From time to time, something reminds me of the antics my two siblings and I would get up to in our early years.
When I was younger, I would often wish to have a sister instead of two younger brothers.
Now don’t get me wrong, I love my brothers– we had the best of times– but I wanted a sister. And as the old adage goes: “Be careful what you wish for, because you just might get it”.
My youngest brother, Mal, would take on the role of a much-wanted little sister, especially as he was too young to object at the time.
He was about two or three years old and I would have been around six when it struck me that with a little imagination and dressing him in one of my dresses, that I had grown out of, he could be my little sister…”Maryanne.”
Maryanne would dutifully don that frilly little yellow dress, black patent shoes and white socks, topped off with a ribbon tied around her top-notch brown hair. “She” would then sit dutifully in my doll’s stroller and we would set out on a journey around the block.
It was safe in those days to go on such an adventure, although I do remember Mum asking me what I was doing and where we were going (and I am sure she wasn’t far behind us)
Pushing a small child (being one myself) up the hill of our Paddington Street, in a doll’s stroller, was no mean feat, but I was a very determined child and was not about to give up. Reaching the top of our hill, it was a right turn toward the small group of shops that serviced our neighbourhood.
I really had a liking for the butcher shop; the floor was covered in sawdust and they were always a happy, rowdy bunch of men. This was my first stop. What they must have thought, seeing me on my own, with my youngest brother dressed as a girl, pushing my way through their door.
They played along though, they knew who I was, (could see Mum outside) and greeted my new little sister, Maryanne, with the pomp and ceremony I thought, introducing a little sister, warranted.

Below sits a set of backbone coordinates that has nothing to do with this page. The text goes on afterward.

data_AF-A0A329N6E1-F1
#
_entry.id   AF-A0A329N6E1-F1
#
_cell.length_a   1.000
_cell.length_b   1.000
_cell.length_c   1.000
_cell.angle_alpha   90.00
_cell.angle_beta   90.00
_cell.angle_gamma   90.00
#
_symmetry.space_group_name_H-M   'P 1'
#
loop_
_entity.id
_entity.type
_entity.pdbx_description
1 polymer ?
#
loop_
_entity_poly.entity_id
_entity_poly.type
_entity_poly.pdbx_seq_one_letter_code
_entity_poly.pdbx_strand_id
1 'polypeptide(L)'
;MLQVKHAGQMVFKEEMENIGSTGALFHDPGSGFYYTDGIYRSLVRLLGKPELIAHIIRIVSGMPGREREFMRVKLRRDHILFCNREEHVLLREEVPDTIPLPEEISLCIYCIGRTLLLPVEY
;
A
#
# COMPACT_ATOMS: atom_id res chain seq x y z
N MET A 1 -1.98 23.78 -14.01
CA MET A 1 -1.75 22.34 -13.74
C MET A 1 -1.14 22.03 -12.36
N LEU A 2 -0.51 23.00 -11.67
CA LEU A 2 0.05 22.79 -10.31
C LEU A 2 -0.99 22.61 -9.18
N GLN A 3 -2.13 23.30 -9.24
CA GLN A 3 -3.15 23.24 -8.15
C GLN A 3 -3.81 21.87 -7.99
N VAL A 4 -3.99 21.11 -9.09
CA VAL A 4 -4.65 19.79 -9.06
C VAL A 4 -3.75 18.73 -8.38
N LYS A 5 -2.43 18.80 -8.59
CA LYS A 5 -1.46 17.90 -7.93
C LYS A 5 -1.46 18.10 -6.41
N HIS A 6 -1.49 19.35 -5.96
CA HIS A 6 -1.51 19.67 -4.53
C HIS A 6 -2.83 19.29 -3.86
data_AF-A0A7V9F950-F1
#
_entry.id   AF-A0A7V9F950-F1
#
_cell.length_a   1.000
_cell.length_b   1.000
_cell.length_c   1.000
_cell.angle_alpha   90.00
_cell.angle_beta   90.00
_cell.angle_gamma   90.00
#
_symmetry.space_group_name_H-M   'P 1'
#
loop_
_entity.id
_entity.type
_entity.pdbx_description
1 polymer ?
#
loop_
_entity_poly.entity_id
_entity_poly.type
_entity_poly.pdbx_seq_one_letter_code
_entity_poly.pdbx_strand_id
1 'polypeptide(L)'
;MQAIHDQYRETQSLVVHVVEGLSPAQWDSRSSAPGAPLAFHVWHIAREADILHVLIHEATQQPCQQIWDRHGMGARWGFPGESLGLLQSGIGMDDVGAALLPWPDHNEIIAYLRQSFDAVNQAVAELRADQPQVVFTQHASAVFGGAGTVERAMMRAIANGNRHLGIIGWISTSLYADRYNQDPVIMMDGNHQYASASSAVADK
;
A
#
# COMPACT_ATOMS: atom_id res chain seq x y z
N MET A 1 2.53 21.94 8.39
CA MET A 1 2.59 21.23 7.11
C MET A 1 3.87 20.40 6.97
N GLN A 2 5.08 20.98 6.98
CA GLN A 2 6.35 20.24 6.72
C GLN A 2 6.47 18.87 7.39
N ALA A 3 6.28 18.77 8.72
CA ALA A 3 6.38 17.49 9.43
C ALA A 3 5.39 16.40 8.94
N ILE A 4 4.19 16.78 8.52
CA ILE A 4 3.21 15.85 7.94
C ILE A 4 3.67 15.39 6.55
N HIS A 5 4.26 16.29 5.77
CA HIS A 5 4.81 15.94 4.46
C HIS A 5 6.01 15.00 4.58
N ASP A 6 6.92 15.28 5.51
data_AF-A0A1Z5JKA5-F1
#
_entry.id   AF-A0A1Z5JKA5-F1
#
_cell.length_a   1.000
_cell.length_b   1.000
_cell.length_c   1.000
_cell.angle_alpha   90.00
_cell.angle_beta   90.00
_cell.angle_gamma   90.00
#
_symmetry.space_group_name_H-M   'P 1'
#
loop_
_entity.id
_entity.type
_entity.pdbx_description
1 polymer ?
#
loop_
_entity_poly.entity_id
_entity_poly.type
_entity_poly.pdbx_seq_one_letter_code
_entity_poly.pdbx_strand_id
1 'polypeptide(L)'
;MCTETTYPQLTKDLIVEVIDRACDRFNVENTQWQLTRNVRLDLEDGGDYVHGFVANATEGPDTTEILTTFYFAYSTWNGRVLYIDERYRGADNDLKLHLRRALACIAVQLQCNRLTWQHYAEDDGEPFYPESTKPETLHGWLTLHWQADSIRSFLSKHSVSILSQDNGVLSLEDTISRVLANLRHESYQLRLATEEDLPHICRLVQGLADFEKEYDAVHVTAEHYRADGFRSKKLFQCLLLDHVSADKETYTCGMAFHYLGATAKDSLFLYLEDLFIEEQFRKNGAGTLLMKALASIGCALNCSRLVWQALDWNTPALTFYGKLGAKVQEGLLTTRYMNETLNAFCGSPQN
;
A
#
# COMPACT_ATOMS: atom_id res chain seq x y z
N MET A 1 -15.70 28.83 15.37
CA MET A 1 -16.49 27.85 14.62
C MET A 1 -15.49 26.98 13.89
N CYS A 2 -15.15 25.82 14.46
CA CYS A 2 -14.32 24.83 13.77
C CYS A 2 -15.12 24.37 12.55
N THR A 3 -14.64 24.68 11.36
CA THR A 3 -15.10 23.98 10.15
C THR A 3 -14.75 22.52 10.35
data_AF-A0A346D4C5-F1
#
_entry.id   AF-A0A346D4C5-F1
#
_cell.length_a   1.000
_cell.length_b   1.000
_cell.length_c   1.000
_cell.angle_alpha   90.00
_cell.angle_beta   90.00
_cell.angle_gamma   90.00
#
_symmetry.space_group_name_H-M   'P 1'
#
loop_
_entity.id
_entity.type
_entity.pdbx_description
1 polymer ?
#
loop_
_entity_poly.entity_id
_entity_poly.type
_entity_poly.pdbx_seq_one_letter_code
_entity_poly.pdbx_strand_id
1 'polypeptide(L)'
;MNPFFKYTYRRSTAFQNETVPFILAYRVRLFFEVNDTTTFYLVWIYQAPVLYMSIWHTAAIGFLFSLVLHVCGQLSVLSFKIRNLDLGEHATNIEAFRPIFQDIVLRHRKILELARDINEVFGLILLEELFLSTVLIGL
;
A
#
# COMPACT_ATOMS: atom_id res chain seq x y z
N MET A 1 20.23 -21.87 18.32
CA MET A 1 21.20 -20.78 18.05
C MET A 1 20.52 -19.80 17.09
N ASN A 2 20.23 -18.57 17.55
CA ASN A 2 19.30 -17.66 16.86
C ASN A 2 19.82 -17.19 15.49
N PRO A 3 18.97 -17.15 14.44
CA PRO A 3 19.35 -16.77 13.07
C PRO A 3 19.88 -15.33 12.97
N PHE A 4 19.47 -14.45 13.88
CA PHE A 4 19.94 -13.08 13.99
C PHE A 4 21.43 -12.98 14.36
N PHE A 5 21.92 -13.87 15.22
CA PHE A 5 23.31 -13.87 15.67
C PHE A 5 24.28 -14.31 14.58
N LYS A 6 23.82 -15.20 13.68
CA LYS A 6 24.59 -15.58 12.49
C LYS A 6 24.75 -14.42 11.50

Feeling chuffed, we continued on to the milk bar and fish and chip shop. Mrs Comino, the shop owner, was laughing hysterically as I huffed and puffed, pulling my doll’s stroller up the shop’s two front stairs, backwards, with my little “sister” clinging on for dear life.
Unfortunately, the stroller didn’t quite make it to the top of the second step, and our “Maryanne” toppled.
Mum, of course, was not far behind us and ran to our rescue. Scooping up my now screaming, little “sister” in her arms and making sure that there was nothing broken, other than my doll’s stroller, she asked Mrs Comino for a chocolate milkshake and a couple of pennyworth of lollies for us to share. Of course, this made us feel much better and Maryanne stopped crying instantly.
As I grew older, Mum would give me a note and a string bag, and send me off to Mrs Comino’s corner store for items needed to complete a recipe or for some other bits and pieces that could not wait until we made the weekly journey into town, on the tram, to Coles or Woolworth’s. There wasn’t a supermarket as such, in Paddington, until sometime in the ’60s
My reward, from time to time, for doing the shopping, was a chocolate milkshake, which I would drink greedily in the shop, from one of those, frosty cold, aluminium milkshake tumblers, while waiting for Mrs Comino to fill our order. Of course, money was not necessary as it was all booked up on ‘the tab’ for Dad to settle at the end of the month.
I would waddle home, with my purchases, carefully placed in that string bag, my stomach so full from that chocolate milkshake, I felt like I was about to explode.
Once home Mum would inspect the contents to see all that was written on the note was there, including the necessary box of Bex powders every housewife ‘needed’ in those days. Goods put away, she would pop the kettle on the gas stove and the burner was ignited, to make a cuppa for her to have with ‘A Bex and a lie down’ before starting dinner, and of course…. before Dad got home.